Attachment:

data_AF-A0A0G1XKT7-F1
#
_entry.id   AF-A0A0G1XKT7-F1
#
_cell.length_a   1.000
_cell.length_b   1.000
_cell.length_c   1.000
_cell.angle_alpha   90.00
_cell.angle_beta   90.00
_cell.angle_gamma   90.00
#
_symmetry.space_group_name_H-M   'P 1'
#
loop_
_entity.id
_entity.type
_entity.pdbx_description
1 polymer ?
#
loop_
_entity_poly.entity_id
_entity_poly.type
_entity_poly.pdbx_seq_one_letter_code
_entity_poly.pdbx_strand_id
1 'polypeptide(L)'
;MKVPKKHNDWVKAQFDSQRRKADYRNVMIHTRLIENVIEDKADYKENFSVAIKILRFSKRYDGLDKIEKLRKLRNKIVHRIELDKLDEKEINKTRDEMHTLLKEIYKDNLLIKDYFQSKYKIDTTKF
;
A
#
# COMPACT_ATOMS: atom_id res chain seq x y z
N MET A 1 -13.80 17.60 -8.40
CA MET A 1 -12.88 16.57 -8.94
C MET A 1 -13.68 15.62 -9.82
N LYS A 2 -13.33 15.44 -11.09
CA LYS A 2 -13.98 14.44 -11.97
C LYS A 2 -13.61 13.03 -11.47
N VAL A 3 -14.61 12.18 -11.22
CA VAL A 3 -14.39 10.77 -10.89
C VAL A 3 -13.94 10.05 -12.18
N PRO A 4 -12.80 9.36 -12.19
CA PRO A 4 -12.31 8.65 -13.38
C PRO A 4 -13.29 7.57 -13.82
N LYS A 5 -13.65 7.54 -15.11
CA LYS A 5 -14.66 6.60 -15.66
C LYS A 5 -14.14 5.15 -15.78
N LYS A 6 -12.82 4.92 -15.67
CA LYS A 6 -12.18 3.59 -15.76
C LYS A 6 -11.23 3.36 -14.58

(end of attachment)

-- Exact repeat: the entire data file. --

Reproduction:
data_AF-A0A0G1XKT7-F1
#
_entry.id   AF-A0A0G1XKT7-F1
#
_cell.length_a   1.000
_cell.length_b   1.000
_cell.length_c   1.000
_cell.angle_alpha   90.00
_cell.angle_beta   90.00
_cell.angle_gamma   90.00
#
_symmetry.space_group_name_H-M   'P 1'
#
loop_
_entity.id
_entity.type
_entity.pdbx_description
1 polymer ?
#
loop_
_entity_poly.entity_id
_entity_poly.type
_entity_poly.pdbx_seq_one_letter_code
_entity_poly.pdbx_strand_id
1 'polypeptide(L)'
;MKVPKKHNDWVKAQFDSQRRKADYRNVMIHTRLIENVIEDKADYKENFSVAIKILRFSKRYDGLDKIEKLRKLRNKIVHRIELDKLDEKEINKTRDEMHTLLKEIYKDNLLIKDYFQSKYKIDTTKF
;
A
#
# COMPACT_ATOMS: atom_id res chain seq x y z
N MET A 1 -13.80 17.60 -8.40
CA MET A 1 -12.88 16.57 -8.94
C MET A 1 -13.68 15.62 -9.82
N LYS A 2 -13.33 15.44 -11.09
CA LYS A 2 -13.98 14.44 -11.97
C LYS A 2 -13.61 13.03 -11.47
N VAL A 3 -14.61 12.18 -11.22
CA VAL A 3 -14.39 10.77 -10.89
C VAL A 3 -13.94 10.05 -12.18
N PRO A 4 -12.80 9.36 -12.19
CA PRO A 4 -12.31 8.65 -13.38
C PRO A 4 -13.29 7.57 -13.82
N LYS A 5 -13.65 7.54 -15.11
CA LYS A 5 -14.66 6.60 -15.66
C LYS A 5 -14.14 5.15 -15.78
N LYS A 6 -12.82 4.92 -15.67
CA LYS A 6 -12.18 3.59 -15.76
C LYS A 6 -11.23 3.36 -14.58